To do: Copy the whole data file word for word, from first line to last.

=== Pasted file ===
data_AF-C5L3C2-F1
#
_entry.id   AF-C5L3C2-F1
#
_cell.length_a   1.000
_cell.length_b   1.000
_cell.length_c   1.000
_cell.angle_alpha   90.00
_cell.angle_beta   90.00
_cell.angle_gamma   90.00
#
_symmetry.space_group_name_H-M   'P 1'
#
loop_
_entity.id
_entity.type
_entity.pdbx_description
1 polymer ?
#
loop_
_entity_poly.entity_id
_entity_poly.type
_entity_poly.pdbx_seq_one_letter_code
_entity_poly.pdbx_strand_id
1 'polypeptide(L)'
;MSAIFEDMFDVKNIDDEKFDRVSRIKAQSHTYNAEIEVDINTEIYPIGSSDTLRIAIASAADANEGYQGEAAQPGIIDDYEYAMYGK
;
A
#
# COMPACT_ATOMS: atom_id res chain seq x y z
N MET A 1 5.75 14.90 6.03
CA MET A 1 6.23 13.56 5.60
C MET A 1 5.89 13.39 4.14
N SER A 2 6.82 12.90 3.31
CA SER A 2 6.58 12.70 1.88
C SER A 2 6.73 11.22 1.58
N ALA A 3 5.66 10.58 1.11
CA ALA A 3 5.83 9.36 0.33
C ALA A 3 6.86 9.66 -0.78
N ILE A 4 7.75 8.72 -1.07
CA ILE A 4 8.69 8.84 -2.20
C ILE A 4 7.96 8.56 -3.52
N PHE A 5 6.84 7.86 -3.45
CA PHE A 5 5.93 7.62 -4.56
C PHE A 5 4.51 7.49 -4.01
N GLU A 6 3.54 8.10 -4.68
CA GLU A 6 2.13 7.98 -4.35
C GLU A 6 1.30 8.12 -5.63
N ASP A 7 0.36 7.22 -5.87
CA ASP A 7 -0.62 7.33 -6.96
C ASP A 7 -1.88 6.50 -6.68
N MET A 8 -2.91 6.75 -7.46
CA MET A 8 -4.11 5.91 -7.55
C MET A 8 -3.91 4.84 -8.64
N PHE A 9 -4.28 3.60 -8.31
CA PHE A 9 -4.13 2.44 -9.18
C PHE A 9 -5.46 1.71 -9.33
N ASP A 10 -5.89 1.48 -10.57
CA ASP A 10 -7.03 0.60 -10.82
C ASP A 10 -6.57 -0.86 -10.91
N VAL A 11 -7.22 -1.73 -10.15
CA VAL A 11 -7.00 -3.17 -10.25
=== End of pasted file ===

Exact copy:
data_AF-C5L3C2-F1
#
_entry.id   AF-C5L3C2-F1
#
_cell.length_a   1.000
_cell.length_b   1.000
_cell.length_c   1.000
_cell.angle_alpha   90.00
_cell.angle_beta   90.00
_cell.angle_gamma   90.00
#
_symmetry.space_group_name_H-M   'P 1'
#
loop_
_entity.id
_entity.type
_entity.pdbx_description
1 polymer ?
#
loop_
_entity_poly.entity_id
_entity_poly.type
_entity_poly.pdbx_seq_one_letter_code
_entity_poly.pdbx_strand_id
1 'polypeptide(L)'
;MSAIFEDMFDVKNIDDEKFDRVSRIKAQSHTYNAEIEVDINTEIYPIGSSDTLRIAIASAADANEGYQGEAAQPGIIDDYEYAMYGK
;
A
#
# COMPACT_ATOMS: atom_id res chain seq x y z
N MET A 1 5.75 14.90 6.03
CA MET A 1 6.23 13.56 5.60
C MET A 1 5.89 13.39 4.14
N SER A 2 6.82 12.90 3.31
CA SER A 2 6.58 12.70 1.88
C SER A 2 6.73 11.22 1.58
N ALA A 3 5.66 10.58 1.11
CA ALA A 3 5.83 9.36 0.33
C ALA A 3 6.86 9.66 -0.78
N ILE A 4 7.75 8.72 -1.07
CA ILE A 4 8.69 8.84 -2.20
C ILE A 4 7.96 8.56 -3.52
N PHE A 5 6.84 7.86 -3.45
CA PHE A 5 5.93 7.62 -4.56
C PHE A 5 4.51 7.49 -4.01
N GLU A 6 3.54 8.10 -4.68
CA GLU A 6 2.13 7.98 -4.35
C GLU A 6 1.30 8.12 -5.63
N ASP A 7 0.36 7.22 -5.87
CA ASP A 7 -0.62 7.33 -6.96
C ASP A 7 -1.88 6.50 -6.68
N MET A 8 -2.91 6.75 -7.46
CA MET A 8 -4.11 5.91 -7.55
C MET A 8 -3.91 4.84 -8.64
N PHE A 9 -4.28 3.60 -8.31
CA PHE A 9 -4.13 2.44 -9.18
C PHE A 9 -5.46 1.71 -9.33
N ASP A 10 -5.89 1.48 -10.57
CA ASP A 10 -7.03 0.60 -10.82
C ASP A 10 -6.57 -0.86 -10.91
N VAL A 11 -7.22 -1.73 -10.15
CA VAL A 11 -7.00 -3.17 -10.25